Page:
when the rtPotentialIntersection(t) return true? Is t the any hit or must closest hit

I confuse about when the rtPotentialIntersection(t) return true? Is t the any hit or must closest hit

Read the following chapter in the OptiX Programming Guide: 4.8.2 Reporting intersections
https://raytracing-docs.nvidia.com/optix_6_0/guide_6_0/index.html#programs#reportingintersections

Starting page for all NVIDIA Raytracing relevant documentation:
https://raytracing-docs.nvidia.com/

I have read many times before I send this topic, following is the statement:

rtPotentialIntersection takes the intersection’s t-value as an argument. If the t-value could potentially be the closest intersection of the current traversal the function narrows the t-interval of the current ray accordingly and returns true.

It says that rtPotentialIntersection return true when the t is the closest hit point. but I usually only commit rtReportIntersection when rtPotentialIntersection return true. If it is true, the any-hit-func in the material program maybe never be invoke if the t is not the closet point.

The crucial part is that all that is done “potentially”, that’s why the function is named rtPotentialIntersection. The interval is not limited unconditionally, but depending on the outcome of a potential anyhit program invocation as explained a few lines further down in that chapter.

Let me highlight the important parts from that chapter:

rtPotentialIntersection takes the intersection’s t-value as an argument.
1.) If the t-value could potentially be the closest intersection of the current traversal the function narrows the t-interval of the current ray accordingly and returns true.
2.) If the t-value lies outside the t-interval the function returns false, whereupon the intersection program may trivially return.
3.) Should that any-hit program invalidate the intersection via the rtIgnoreIntersection function, then rtReportIntersection will return false. Otherwise, it will return true.
4.) If the any-hit program invokes rtIgnoreIntersection, any attributes computed will be reset to their previous values and the previous t-interval will be restored.

In other words:
If the t you calculated inside the intersection is smaller than the current t_max, it will potentially become the new t_max (the currently smallest closest hit distance found) and rtPotentialIntersection returns true, after which you calculate the attributes, so that they become available to the anyhit and closesthit program domains later on, and call rtReportIntersection(materialIndex).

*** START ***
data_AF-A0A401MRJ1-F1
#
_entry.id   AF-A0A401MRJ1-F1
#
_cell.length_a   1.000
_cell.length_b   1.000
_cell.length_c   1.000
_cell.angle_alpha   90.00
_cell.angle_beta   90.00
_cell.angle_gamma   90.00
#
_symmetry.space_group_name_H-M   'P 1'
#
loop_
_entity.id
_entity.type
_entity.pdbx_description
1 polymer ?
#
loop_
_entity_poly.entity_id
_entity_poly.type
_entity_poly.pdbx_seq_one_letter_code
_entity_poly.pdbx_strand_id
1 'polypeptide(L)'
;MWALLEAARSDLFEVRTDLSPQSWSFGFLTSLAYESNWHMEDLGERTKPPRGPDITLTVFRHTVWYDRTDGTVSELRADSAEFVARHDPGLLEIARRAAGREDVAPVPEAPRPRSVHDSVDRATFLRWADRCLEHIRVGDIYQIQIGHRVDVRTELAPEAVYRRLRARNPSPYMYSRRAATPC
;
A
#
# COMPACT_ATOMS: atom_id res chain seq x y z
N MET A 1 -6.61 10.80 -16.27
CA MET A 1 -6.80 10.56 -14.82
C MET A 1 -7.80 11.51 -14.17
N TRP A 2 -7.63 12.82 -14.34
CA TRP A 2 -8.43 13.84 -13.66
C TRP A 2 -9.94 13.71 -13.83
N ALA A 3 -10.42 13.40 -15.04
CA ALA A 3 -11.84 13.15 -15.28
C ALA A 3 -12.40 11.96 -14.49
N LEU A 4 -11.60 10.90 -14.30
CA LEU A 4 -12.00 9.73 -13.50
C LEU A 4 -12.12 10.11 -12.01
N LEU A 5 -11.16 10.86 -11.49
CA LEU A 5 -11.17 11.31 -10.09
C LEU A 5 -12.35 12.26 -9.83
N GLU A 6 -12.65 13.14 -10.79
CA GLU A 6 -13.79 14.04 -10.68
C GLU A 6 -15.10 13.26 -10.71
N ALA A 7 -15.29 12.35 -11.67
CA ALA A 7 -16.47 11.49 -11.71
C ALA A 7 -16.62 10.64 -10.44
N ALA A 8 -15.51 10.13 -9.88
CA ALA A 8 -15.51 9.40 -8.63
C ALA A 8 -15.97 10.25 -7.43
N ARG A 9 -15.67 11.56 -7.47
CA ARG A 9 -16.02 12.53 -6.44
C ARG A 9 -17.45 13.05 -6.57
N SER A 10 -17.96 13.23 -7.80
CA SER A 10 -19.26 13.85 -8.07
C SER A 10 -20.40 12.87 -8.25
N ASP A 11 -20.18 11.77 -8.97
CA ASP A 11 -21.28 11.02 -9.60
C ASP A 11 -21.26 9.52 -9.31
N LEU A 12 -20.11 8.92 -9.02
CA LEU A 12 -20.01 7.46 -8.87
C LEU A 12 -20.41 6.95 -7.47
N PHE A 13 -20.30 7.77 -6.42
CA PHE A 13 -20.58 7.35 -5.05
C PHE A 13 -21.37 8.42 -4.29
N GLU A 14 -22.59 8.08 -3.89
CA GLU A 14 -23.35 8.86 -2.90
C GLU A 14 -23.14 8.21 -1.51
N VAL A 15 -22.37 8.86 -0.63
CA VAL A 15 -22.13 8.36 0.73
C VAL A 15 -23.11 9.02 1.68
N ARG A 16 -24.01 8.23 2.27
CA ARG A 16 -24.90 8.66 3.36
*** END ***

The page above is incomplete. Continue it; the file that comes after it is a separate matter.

At that point the anyhit program inside the material for that ray type at that index on the GeometryInstance is invoked if it exists, which then can still invalidate that potential intersection t value by calling rtIgnoreIntersection, like normally done for cutout opacity, which will then not keep the t from rtPotentialIntersection to limit the interval for further intersection checks in the interval limits [t_min, t_max] found so far.

“If it is true, the any-hit-func in the material program maybe never be invoke if the t is not the closet point.”
Correct, the anyhit program is not invoked at all when the intersection t value is not in the [t_min, t_max] interval at rtPotentialIntersection. The goal of the BVH traversal is normally to find the closest hit as quickly as possible. That’s the fastest when not actually having an anyhit program on a ray type.
Any other algorithm would need to work with rtIgnoreIntersection and rtTerminateRay to change that behaviour.

Only if the traversal has finished and no more intersections need to be calculated, which is also the case when rtTerminateRay is called in an anyhit program, the closest hit program is called with the smallest t_max found and the matching attributes at that intersection.

Mind that the intersections along a ray are not searched in the order along the ray direction, but depending on the BVH traversal order.
More about this here: https://raytracing-docs.nvidia.com/optix_6_0/guide_6_0/index.html#host#material

It is all very clearly. Thanks for your professional answer. The “potential” is really a word of art.